The majority says there was some duty resting upon defendant, not particularly described, to do something about it and quotes the broad airy opinion of a witness that "where there are icy conditions, those safeguards should be thought of in advance." The witness was saying that in his opinion the railroad wherever there are icy conditions, should put sand or salt on the ice. But when and where and under what conditions?3 The only evidence in that regard was the testimony of a witness that between 1924 and 1932, he worked in Illinois and Iowa for railroads who put sand on the roofs of icy freight cars. But to compare the winter conditions, over twenty years ago, of Illinois and Iowa, in zero or even sub-zero temperatures, with accompanying sleet and snow, with conditions at Stockton, California, in 1950, where snow and ice are unheard of, makes a Californian shudder. It is this testimony that the Court describes as "the undisputed testimony that other railways protected their workmen * * * by putting sand or salt on the ice."


To say that sprinkling sand on a sloping icy metal roof would be a safeguard and prevent slipping, once one steps on the roof, seems to me to be the sheerest "nonsense." Of course, it might be a duty under specified circumstances, to place sand on an icy surface, where men are required to walk. But first it must be shown that men are required to walk on it and then that the location is such that putting sand on it would prevent slipping. Common sense, as one witness said, would prompt the conclusion that putting loose sand on a sloping icy surface would cause, rather than prevent, slipping. Another witness said that sand was not used because it would do no good, but in fact would create a hazard to trainmen when the train was in movement.4 But irrespective of anyone's opinion, there was no evidence that it would do any good under the circumstances of this case. Evidence that it was not done is not sufficient to show that the doing of it would be necessary for safety.


Second. Rule 49(a), referred to in the majority opinion, provides: "Employees will not be required to work on engines or cars outside of shops during inclement weather, if shop room or pits are available."


The majority state that it is "not questioned that shop room was available for this car during this cold night." Hence, it is asserted, the company violated the rule and was guilty of negligence. But I must respectfully, but nevertheless firmly, point out that the evidence shows that there was no shop room at Stockton. The witness, upon whom the court apparently relies for the above statement, was referring to Sacramento5 not Stockton. The record shows that cars had to be repaired in the open at Stockton yard. Hence Rule 49(a) had no relevance whatever.


The trial judge stated: "It appears conclusively to me that a reasonably safe place and method of doing the work was afforded and that the plaintiff's injuries resulted from his own deliberate or careless act,6 not from any actionable fault of the defendant. This conclusion of the able and experienced trial judge appears to me to be the only conclusion that could be reached upon the record before him. Speculation, surmise, and conjecture as to what should or should not be a safe place to work is never a function of a trial jury. Much less should it be that of a reviewing court. The judgment of the District Judge, in my opinion, was correct and should be affirmed.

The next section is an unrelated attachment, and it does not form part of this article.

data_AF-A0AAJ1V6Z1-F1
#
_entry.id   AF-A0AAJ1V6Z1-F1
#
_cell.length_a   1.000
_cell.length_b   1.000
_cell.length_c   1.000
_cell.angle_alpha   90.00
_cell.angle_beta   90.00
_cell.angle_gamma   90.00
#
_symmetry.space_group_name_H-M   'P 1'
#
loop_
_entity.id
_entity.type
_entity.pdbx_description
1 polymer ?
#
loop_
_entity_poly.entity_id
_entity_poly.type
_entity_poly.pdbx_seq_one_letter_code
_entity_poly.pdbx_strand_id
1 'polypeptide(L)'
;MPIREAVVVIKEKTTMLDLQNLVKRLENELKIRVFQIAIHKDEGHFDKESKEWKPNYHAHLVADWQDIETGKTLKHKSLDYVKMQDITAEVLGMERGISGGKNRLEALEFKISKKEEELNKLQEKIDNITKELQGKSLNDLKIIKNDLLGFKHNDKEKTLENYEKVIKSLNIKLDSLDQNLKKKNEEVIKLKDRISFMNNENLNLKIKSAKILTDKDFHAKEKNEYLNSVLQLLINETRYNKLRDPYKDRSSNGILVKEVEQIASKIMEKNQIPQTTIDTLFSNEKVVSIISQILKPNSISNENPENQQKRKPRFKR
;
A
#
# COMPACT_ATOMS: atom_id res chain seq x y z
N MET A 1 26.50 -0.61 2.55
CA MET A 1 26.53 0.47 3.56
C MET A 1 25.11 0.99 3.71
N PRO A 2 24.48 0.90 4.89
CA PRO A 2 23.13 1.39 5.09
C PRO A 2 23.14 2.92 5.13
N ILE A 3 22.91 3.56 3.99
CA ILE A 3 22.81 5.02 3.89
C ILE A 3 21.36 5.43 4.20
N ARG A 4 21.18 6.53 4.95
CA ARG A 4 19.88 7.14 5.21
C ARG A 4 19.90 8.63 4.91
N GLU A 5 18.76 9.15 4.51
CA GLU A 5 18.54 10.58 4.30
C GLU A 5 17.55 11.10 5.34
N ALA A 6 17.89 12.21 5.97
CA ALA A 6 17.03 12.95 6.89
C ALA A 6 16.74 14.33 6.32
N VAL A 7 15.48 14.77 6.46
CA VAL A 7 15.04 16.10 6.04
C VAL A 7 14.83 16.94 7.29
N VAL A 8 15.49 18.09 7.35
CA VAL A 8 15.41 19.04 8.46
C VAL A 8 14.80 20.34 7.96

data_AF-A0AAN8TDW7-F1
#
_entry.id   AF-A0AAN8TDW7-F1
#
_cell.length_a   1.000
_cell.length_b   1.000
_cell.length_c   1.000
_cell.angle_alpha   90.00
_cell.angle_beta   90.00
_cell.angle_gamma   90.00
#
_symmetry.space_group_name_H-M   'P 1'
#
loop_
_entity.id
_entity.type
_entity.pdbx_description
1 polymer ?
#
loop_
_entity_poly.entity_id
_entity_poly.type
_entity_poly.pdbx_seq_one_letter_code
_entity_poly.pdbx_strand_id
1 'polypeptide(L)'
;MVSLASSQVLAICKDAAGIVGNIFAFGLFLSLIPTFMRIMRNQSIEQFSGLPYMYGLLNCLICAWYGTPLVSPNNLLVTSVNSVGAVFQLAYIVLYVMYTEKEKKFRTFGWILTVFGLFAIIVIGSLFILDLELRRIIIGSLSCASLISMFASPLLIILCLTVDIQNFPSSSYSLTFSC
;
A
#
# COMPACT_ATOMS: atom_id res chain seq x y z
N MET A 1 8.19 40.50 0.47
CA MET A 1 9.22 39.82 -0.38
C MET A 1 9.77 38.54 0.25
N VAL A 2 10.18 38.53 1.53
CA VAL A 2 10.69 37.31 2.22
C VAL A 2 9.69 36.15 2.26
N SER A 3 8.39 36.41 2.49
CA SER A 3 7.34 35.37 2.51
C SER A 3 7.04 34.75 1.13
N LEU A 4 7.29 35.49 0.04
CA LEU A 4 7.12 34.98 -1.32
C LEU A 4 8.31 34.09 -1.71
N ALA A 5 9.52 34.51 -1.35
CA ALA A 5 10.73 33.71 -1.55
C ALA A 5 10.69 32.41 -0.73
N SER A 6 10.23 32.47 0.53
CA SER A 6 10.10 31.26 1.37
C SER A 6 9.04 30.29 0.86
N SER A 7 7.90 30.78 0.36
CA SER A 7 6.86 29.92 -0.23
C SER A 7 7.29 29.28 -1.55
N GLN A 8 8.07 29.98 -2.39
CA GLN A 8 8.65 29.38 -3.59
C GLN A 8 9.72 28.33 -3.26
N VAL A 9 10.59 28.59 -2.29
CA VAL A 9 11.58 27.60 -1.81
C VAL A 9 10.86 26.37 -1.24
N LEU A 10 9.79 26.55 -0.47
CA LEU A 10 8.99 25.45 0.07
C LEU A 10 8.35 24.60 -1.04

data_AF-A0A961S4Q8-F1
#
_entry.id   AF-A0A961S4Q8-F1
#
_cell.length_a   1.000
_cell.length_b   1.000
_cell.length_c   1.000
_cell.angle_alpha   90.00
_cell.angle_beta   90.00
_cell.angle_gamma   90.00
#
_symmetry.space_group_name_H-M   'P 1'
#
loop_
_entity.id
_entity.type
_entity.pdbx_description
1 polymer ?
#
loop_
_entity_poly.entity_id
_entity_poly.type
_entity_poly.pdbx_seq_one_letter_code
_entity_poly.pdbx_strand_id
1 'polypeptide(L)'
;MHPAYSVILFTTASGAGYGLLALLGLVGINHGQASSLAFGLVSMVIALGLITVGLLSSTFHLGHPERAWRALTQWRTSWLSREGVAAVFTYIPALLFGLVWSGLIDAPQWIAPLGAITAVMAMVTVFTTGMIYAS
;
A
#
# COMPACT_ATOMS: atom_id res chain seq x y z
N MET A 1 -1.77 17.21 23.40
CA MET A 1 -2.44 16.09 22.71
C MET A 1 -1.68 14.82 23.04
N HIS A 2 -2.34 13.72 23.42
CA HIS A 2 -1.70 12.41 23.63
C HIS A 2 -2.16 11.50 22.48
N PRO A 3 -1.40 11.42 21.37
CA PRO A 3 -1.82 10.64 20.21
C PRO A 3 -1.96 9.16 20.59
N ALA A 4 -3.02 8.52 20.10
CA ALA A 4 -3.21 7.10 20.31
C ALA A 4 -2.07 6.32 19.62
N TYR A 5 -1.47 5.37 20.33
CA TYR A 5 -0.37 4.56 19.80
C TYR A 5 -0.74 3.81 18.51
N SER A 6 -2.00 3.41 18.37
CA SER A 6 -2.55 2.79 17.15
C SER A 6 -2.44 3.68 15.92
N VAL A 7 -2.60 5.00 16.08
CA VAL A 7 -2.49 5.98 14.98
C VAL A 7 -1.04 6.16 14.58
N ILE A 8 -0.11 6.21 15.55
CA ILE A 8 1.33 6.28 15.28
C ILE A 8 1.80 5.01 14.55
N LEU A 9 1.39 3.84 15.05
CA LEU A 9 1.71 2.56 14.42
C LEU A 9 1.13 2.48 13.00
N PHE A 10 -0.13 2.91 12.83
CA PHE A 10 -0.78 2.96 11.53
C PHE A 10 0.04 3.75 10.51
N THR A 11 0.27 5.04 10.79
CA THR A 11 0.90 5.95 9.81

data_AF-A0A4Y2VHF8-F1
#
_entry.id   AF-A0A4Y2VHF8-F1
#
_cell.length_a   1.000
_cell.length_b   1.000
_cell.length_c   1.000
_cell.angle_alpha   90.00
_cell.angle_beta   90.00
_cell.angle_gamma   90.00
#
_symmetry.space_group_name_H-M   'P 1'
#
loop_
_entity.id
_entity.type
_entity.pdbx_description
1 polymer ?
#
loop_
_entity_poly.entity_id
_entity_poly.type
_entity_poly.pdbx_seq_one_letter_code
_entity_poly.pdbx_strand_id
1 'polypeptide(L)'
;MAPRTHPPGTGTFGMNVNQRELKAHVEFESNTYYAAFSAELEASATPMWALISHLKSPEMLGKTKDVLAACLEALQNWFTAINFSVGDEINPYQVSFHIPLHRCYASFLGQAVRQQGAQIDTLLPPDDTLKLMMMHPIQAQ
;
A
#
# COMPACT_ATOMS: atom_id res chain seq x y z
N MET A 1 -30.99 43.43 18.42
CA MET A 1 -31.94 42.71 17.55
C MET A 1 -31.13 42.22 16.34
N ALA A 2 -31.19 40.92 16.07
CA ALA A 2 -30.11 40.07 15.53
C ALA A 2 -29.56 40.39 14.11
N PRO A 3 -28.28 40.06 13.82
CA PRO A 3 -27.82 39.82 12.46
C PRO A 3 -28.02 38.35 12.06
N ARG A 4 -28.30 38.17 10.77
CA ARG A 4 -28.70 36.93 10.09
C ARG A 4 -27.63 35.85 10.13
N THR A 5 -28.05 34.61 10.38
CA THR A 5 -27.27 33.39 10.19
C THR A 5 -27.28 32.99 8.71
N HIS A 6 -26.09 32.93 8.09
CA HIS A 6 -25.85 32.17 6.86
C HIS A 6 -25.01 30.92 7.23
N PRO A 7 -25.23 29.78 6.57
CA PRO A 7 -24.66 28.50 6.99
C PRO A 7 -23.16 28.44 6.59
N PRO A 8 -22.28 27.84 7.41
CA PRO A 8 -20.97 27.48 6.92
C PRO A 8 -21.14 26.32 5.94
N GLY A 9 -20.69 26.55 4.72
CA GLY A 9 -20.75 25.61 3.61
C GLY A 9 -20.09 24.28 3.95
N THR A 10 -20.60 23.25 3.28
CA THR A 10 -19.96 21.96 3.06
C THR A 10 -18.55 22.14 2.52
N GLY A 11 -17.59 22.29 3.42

1. Pollack, Law & Contemporary Problems, 1953, Vol. 18, No. 3, p. 296 et seq. This article was written just four years after the Supreme Court made a special point of disclaiming that any of its prior decisions had weakened the Act's requirements. Wilkerson v. McCarthy, 1949, 336 U.S. 53, 69 S.Ct. 413, 93 L.Ed. 497.

2. The F.E.L.A. was enacted in 1908, before any State Workmen's Compensation Acts had been adopted in the United States. But they followed rapidly thereafter. California enacted its Compensation Act in 1911 and, by 1918, 37 states followed suit. So it is not unfair to say that the Federal Government, while first in the field, has now become laggard in what is generally regarded as a great social welfare achievement. There is some criticism that compensation rates are too low under some state statutes. But no one can say that the Compensation statutes have not accomplished good for the greatest number.

3. Dangerous working conditions caused by temporary inclement weather do not create a duty, so as to make a violation thereof an act of negligence. Missouri Pacific Railroad Co. v. Aeby, 275 U.S. 426, 48 S.Ct. 177, 72 L.Ed. 351; McGivern v. Northern Pac. Ry. Co., 8 Cir., 1942, 132 F.2d 213; Raudenbush v. Baltimore & O. R. Co., 3 Cir., 1947, 160 F.2d 363; Detroit T. & I. R. Co. v. Banning, 6 Cir., 1949, 173 F.2d 752.

4. In the majority opinion, it is urged that the jury could have disbelieved such testimony and thus inferred that the place of working was unsafe.

But that is mere speculation and cannot supply the place of proof. Moore v. Chesapeake & O. Ry. Co., 340 U.S. 573, 71 S.Ct. 428, 95 L.Ed. 547; Bunt v. Sierra Butte Gold M. Co., 138 U.S. 483, 11 S. Ct. 464, 34 L.Ed. 1031; Brady v. Southern Ry. Co., 320 U.S. 476, 64 S.Ct. 232. 88 L.Ed. 239.

5. Tr. pp. 133-138, particularly pp. 133 and 138.

(I see no purpose in quoting, in extenso, the testimony I have referred to.)

6. Even assuming a duty to do something about the ice, plaintiff, being the first to know of the slippery icy condition, and doing nothing about it, was himself the cause of the accident. McGivern v. Northern Pac. Ry. Co. supra.